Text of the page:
i was going to bring up transducers as well where you can control things a bit more


than it sort of depends on the pipeline


yes. which is why i wanted a concrete example


@seancorfield working with lots of CSV stuff, transforming it, then random access on fields


Can you be a bit more specific? I’d expect CSV data to end up as a sequence of hash maps, and then each row can have O(1) access to specific fields by name.


@dpsutton yep, transducers help with the 'no multiple passes over the data'


not really, transducers and a lazy seq pipeline will have the same number of passes


hiredman has a gist for this purpose here.


you want to be able to query this as a database essentially


transducers will remove some object allocation overhead for seqs, and will turn your pipeline into a very lean vector -> vector transformation using something like into


i'm reading through tim baldridge's build yourself a logic engine that creates a db like this as well.


@hiredman doesn't it avoid intermediate sequences?


but intermediate sequences are traversed all at once


unless you are traversing intermediate results for some reason


@seancorfield don't see the difference, both are associative, maps will still be converted to seqs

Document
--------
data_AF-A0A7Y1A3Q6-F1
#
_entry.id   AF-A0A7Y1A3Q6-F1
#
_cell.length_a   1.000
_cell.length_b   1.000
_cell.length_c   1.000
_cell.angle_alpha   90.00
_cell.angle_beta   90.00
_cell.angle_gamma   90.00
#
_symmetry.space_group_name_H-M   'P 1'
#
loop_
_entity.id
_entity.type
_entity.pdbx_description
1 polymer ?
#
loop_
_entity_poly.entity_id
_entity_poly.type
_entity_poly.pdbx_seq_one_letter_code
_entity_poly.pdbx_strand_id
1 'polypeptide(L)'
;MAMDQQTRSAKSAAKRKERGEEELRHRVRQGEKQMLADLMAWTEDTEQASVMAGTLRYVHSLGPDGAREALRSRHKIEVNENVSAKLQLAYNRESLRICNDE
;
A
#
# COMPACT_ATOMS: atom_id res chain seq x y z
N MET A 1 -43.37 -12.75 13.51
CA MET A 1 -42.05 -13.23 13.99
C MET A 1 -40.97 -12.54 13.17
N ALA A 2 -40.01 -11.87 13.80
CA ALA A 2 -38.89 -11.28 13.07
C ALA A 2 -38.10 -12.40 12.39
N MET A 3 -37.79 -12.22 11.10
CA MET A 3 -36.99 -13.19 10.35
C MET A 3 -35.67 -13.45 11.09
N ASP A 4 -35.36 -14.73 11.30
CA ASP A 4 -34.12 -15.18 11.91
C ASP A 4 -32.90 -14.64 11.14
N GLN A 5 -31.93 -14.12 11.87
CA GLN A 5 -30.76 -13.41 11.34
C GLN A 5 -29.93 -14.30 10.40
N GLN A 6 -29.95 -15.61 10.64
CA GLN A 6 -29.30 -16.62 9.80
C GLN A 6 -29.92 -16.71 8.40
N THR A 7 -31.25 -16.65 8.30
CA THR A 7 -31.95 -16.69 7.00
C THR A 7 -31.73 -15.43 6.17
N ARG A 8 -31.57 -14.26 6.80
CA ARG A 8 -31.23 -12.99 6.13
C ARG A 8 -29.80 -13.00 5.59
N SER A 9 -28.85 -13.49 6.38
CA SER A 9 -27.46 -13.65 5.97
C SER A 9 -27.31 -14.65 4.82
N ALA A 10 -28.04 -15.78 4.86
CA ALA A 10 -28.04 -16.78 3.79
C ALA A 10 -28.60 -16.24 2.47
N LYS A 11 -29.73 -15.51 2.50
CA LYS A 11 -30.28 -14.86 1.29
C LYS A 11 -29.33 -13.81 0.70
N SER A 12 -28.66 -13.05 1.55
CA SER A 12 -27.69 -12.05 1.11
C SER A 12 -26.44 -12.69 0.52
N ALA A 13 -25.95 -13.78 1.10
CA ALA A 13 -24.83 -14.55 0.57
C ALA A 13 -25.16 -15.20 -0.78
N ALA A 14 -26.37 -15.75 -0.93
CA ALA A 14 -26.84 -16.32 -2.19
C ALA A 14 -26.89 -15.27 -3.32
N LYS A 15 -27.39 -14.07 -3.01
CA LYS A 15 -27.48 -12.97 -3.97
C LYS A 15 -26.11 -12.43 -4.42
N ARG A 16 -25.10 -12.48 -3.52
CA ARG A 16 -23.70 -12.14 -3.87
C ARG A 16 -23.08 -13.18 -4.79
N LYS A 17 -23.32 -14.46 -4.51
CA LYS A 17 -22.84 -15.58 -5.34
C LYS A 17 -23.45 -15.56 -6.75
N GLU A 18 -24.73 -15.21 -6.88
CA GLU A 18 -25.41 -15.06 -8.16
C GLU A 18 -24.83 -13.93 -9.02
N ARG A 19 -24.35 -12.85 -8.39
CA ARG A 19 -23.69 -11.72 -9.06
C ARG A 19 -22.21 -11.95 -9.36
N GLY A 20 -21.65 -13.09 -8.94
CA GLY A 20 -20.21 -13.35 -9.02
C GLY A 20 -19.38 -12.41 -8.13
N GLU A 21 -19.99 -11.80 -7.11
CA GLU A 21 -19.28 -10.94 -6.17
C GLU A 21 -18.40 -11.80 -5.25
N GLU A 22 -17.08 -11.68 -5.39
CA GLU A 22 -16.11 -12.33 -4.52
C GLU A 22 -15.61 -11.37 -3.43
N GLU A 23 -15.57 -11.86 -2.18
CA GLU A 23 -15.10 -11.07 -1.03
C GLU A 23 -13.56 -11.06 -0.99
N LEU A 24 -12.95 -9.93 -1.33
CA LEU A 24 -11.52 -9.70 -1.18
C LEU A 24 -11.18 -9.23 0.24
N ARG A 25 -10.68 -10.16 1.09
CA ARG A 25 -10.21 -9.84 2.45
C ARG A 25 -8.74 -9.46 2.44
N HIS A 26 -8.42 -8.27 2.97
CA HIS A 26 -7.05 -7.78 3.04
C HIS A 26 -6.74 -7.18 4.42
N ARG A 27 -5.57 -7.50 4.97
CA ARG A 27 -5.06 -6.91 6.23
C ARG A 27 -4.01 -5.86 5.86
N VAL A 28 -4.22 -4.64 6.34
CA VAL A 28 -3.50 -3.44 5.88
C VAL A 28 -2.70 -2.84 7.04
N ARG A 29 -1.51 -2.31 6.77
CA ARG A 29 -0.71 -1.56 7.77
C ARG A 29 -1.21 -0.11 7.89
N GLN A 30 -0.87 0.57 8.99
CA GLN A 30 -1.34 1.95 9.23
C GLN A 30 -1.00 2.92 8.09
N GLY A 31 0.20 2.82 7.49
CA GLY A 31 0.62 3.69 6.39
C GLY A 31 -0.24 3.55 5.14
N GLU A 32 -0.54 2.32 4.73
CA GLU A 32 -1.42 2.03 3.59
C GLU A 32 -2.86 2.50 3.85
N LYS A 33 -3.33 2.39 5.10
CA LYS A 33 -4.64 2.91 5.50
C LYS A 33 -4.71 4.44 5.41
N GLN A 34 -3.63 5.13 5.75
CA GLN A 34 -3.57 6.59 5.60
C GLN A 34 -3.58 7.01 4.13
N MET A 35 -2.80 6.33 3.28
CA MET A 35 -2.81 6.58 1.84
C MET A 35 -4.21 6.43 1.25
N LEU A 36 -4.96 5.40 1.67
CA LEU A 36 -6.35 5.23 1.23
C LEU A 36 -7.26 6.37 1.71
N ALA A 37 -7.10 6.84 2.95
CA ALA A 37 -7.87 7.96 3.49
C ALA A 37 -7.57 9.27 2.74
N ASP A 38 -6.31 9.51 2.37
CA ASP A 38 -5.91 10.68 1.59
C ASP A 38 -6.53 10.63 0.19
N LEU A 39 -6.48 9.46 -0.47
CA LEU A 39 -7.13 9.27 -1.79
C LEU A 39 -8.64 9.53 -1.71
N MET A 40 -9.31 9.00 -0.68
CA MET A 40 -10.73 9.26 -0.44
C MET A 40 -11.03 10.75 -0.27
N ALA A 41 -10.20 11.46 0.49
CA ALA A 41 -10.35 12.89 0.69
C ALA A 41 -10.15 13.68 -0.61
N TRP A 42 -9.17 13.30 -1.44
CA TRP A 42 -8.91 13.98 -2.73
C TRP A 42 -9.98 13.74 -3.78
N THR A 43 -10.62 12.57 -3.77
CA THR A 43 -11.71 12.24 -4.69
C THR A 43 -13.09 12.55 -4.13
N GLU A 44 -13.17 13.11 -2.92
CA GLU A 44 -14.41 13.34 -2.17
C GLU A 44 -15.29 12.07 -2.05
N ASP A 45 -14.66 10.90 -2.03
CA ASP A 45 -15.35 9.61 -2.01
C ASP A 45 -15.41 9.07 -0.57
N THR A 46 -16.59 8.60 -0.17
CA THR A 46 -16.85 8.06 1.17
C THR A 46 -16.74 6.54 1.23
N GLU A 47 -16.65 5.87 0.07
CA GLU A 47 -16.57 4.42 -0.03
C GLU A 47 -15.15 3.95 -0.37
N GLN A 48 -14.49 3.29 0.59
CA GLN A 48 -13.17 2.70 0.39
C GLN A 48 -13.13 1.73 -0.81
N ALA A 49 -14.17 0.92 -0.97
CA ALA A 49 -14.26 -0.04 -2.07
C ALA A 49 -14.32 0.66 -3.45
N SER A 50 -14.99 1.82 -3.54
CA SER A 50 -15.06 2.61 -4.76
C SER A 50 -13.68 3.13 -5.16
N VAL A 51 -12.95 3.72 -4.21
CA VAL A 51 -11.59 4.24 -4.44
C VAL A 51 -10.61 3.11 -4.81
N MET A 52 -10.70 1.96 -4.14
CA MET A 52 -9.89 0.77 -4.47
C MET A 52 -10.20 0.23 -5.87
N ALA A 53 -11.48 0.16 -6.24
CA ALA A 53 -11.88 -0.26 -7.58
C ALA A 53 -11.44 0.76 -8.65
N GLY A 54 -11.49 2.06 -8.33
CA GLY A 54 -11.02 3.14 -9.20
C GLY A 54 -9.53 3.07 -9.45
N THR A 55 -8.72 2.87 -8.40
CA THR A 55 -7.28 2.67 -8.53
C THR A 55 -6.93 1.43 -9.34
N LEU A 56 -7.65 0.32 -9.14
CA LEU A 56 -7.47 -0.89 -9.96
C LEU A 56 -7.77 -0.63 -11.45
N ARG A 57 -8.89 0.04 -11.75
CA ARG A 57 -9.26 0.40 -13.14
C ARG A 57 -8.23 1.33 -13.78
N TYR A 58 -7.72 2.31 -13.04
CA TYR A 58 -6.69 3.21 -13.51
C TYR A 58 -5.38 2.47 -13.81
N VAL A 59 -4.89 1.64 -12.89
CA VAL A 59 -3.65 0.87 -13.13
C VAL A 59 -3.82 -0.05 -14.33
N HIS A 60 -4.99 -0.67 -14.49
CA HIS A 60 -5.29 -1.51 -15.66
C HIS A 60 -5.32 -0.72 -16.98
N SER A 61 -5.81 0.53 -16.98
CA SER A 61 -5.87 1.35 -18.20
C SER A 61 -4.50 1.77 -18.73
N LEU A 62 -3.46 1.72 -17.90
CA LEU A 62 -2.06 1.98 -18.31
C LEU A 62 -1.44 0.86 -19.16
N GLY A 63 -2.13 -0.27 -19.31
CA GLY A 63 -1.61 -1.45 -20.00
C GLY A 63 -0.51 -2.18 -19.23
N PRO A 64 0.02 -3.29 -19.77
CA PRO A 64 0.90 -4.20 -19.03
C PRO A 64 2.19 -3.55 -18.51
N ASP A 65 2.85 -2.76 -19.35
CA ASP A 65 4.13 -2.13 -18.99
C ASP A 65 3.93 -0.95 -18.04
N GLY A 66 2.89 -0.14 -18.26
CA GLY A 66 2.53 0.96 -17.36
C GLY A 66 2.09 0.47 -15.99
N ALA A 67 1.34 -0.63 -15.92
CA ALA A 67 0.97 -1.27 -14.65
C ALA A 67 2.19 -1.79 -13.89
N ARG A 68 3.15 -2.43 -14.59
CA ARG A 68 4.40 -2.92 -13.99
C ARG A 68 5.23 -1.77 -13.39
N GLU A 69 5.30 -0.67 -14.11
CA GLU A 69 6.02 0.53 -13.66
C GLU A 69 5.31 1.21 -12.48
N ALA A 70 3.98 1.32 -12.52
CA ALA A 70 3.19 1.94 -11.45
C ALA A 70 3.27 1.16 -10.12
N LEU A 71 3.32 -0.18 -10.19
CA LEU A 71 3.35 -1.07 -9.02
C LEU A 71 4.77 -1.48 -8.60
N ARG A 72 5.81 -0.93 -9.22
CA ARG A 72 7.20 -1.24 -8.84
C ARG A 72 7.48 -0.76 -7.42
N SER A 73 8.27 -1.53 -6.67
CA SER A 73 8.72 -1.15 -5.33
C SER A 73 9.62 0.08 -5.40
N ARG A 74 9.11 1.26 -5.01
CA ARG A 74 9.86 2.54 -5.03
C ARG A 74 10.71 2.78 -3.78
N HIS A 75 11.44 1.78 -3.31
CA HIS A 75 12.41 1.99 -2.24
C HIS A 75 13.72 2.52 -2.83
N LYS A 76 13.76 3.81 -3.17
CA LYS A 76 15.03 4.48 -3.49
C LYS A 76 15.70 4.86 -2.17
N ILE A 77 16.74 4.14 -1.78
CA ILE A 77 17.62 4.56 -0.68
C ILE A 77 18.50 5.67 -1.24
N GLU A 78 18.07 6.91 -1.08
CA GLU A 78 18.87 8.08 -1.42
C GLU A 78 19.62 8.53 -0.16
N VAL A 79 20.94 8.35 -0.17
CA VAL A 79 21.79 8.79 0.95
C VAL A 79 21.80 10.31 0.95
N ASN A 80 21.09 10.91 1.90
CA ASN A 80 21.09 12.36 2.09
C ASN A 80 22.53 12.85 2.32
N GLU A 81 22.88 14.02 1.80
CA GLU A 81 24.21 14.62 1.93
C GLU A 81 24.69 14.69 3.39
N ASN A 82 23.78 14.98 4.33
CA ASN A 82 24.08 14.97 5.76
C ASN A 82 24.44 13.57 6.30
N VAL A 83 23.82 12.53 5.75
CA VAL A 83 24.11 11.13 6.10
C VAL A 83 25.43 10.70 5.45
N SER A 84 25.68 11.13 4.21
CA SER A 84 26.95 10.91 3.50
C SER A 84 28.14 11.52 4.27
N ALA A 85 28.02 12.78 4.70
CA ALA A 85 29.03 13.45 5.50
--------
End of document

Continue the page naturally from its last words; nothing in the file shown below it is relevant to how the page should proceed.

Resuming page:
@jjaws I suspect @seancorfield is thinking about (map f all-rows-in-csv) and you are thinking about (map f a-row-in-a-csv)


oh ok, yes, was thinking of a-row-in-a-csv vectors vs maps


and this is kind of why a more concrete example can help


I'll try come to up with something small but not so contrived


if you need a query language over your csv, you could look into datascript or your own hand rolled triple store or set/index can be useful as well

Franco Gasperino20:03:05

regarding clojure.spec, it would reason that the more common use cases would be for library design as well as external input validation. am i correct with this assumption?

seancorfield20:03:13 — we’ve been very heavy users of Spec in production as well as dev/test since it first appeared.


learning via lurking... 🙂

Aldo Nievas21:03:42

Hi all ! newbie here! anyone using neovim 5.0 and clojure-lsp ? some pretty basic config in lua ? thanks in advance.


if you haven't already you may want to try #lsp and/or #vim